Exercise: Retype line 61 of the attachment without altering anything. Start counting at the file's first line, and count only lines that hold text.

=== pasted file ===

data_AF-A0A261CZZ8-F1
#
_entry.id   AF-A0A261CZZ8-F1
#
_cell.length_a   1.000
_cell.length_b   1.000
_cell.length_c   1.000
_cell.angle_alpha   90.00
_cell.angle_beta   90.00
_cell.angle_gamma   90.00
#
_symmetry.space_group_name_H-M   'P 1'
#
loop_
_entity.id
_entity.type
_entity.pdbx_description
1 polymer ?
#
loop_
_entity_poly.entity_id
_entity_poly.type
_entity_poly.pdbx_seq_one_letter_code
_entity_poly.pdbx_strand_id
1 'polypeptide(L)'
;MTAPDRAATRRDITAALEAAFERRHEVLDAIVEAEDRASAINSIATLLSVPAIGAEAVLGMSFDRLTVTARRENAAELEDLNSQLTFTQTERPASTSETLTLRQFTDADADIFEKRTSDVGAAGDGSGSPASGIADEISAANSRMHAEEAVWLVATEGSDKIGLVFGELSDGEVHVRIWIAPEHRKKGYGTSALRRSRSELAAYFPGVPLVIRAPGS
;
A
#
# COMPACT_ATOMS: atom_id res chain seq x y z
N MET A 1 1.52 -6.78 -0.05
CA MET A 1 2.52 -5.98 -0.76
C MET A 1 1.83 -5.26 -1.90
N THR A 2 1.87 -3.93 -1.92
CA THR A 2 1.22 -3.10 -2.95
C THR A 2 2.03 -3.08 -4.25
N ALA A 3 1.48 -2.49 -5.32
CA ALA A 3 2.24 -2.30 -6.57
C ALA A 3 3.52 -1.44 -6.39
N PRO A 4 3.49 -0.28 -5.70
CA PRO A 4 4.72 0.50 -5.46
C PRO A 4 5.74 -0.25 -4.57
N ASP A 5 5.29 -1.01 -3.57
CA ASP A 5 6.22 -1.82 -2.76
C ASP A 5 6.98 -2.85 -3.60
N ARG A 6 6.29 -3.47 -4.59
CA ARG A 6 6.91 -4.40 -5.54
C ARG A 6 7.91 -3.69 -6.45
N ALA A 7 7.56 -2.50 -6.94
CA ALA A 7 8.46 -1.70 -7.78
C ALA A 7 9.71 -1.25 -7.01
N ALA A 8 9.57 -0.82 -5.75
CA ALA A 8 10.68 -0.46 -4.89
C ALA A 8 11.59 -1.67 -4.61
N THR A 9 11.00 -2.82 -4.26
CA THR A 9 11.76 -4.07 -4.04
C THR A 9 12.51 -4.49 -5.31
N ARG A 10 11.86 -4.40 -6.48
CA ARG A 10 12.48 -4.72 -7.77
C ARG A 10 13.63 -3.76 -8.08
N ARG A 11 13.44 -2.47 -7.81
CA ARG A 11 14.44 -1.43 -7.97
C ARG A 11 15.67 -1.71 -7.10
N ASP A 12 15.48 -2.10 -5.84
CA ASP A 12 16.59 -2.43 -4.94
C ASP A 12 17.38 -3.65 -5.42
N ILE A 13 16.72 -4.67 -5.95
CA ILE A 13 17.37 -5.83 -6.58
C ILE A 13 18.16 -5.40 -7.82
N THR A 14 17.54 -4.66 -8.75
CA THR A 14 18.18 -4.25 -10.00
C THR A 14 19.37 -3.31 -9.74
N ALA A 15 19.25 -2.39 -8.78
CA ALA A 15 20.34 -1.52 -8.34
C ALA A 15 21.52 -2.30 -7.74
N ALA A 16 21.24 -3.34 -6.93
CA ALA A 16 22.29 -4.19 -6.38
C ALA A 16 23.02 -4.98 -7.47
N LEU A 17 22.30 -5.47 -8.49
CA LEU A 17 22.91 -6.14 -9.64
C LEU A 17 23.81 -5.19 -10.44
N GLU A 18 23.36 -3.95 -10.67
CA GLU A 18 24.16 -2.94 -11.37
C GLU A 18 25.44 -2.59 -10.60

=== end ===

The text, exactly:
N ARG A 11 13.44 -2.47 -7.81